The Millionaire Problem: Unlocking Secrets with Cryptographic Magic
The Millionaire Problem: Who’s Got More Cash?
Imagine you’re at a fancy party with two millionaires, Alice and Bob. They want to know who’s richer but without spilling the beans about their actual fortunes. This puzzle, known as the Millionaire Problem, is a classic brainteaser in the world of cryptography, dreamt up by Andrew Yao back in 1982.
The Basic Idea
 Goal: Alice and Bob want to find out who’s wealthier without revealing their exact net worths to each other.
 Scenario: Alice has a net worth of ( A ) and Bob has ( B ). They need to figure out if ( A > B ) or ( B > A ) without either of them knowing the actual amounts.
The Cryptographic Magic
To solve this, there are a few cryptographic tricks up our sleeves:

Yao’s Garbled Circuits: Think of this as a magic box where they can input their encrypted numbers and get an answer about who’s richer without revealing the numbers themselves. It’s one of the earliest and coolest solutions to this problem.

Homomorphic Encryption: This is like doing math on encrypted data. Alice and Bob can compare their wealth without decrypting it, so they get the answer but keep their fortunes secret.

Oblivious Transfer: Here, one can send a secret piece of information without knowing what’s been sent. It’s another neat way to keep their numbers under wraps while still figuring out who’s got more money.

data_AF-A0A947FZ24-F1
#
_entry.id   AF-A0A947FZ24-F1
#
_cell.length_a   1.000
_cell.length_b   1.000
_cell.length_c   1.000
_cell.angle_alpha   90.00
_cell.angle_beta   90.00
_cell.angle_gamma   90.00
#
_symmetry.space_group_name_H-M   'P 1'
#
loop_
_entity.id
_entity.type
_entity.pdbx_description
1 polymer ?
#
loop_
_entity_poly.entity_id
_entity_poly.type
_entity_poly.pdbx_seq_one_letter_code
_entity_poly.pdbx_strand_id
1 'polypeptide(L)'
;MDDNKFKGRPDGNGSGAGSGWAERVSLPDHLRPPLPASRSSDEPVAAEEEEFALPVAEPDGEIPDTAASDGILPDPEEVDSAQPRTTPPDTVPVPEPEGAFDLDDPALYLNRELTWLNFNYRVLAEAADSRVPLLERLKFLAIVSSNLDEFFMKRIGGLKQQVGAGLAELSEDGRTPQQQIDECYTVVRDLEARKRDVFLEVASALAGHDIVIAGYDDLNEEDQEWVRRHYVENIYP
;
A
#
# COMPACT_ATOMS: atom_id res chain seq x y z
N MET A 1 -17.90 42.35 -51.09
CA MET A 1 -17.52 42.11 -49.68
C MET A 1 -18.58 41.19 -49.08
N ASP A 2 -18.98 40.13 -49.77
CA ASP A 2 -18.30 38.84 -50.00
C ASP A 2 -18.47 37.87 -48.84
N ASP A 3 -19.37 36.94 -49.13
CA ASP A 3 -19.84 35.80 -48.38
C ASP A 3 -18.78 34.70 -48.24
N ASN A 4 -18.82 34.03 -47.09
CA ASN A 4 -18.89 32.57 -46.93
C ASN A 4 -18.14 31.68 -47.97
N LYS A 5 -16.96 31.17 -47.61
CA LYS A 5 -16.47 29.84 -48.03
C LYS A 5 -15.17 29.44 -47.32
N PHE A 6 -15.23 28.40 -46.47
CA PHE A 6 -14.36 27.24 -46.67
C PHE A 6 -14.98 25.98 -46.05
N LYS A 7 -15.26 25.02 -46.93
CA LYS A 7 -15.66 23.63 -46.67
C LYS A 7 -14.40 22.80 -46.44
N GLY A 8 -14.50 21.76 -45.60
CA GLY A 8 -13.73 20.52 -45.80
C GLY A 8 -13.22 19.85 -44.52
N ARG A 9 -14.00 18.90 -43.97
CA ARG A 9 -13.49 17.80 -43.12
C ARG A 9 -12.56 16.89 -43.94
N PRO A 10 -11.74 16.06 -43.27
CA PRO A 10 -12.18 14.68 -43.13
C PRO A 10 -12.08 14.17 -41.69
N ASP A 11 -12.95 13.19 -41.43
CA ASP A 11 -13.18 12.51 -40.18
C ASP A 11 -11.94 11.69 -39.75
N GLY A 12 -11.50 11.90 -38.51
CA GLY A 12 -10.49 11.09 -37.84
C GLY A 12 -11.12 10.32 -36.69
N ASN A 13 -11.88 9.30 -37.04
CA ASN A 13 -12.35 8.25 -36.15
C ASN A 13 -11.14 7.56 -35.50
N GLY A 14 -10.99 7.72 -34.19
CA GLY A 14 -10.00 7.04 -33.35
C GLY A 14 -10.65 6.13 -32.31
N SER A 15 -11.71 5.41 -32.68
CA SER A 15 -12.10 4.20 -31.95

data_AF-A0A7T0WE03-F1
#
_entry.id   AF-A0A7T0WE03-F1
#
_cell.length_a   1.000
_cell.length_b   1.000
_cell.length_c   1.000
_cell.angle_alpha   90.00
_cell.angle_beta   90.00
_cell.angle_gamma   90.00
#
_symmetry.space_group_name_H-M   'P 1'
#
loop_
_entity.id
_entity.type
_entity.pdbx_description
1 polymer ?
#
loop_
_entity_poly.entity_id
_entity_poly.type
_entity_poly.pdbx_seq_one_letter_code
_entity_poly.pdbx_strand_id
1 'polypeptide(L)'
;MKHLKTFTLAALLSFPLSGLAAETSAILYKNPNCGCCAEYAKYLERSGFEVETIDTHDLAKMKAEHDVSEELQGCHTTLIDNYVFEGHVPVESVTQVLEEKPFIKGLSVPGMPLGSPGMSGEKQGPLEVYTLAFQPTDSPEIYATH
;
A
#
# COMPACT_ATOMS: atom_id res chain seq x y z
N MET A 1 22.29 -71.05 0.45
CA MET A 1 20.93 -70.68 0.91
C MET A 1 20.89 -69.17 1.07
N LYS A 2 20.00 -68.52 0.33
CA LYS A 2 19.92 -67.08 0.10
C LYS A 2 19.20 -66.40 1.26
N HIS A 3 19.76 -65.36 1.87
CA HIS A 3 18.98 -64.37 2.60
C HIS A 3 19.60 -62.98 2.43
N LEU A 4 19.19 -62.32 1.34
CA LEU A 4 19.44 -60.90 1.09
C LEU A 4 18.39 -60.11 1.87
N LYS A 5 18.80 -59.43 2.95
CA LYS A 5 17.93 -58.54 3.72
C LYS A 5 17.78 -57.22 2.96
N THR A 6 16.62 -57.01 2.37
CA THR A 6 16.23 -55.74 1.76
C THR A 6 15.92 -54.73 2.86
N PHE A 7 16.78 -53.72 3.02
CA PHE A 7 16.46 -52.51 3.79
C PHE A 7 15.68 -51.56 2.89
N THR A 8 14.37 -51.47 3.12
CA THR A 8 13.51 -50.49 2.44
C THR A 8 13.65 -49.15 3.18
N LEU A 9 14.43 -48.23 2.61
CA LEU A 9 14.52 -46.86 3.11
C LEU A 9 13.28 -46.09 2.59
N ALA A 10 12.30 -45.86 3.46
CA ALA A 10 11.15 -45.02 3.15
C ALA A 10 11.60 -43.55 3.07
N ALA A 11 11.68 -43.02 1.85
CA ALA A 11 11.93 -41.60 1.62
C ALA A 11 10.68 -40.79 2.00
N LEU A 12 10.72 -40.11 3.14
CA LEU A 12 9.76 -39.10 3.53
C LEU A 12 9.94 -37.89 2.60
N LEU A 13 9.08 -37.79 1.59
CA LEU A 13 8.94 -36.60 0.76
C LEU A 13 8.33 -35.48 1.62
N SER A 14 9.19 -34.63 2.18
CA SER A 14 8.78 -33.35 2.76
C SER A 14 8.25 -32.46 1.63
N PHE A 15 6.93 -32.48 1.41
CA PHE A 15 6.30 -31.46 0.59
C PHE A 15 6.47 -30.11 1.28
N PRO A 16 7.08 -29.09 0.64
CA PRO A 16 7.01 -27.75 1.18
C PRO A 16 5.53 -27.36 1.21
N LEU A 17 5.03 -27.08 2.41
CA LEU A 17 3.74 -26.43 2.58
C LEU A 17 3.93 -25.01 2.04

RealWorld Uses
This problem isn’t just for fun; it’s super useful in real life:
 PrivacyPreserving Data Mining: Companies can analyze shared data without exposing private details.
 Secure Auctions: Bidders can participate without revealing their bids until the winner is declared.
 Financial Privacy: It ensures secure and private financial transactions, like in zeroknowledge proofs.
How It Works (Simplified)
 Agree on the Method: Alice and Bob decide on a secure way to encrypt their numbers.
 Encrypt the Numbers: Both encrypt their wealth.
 Compare Securely: They use the agreed method to compare the encrypted values without decrypting them.
 Get the Result: They find out who’s richer without knowing the exact amounts.
Here the serious references
Check out these sources to geek out on the technical details:
 Andrew Yao’s Original Paper: IEEE Xplore
 Foundations of Cryptography by Oded Goldreich
 Introduction to Modern Cryptography by Jonathan Katz and Yehuda Lindell
Is it crystal clear now? Not for me.
Let’s see an example for kids
Bob builds 4 boxes with 4 keys
Every box has a label with the “wealth” in millions (of candies)
Alice writes 4 notes with symbols +  =
and slips one inside each box
Bob destroys all the keys except the one with “his” wealth box.
Alice can verify Bob has destroyed the other keys but she does not know which key is kept by Bob
Alice leaves the room and Bob can only open the box with “his” wealth
…. and he can discover that Alice has:
 more candies (+)
 more or less the same (=)
 less candies (  )
than himself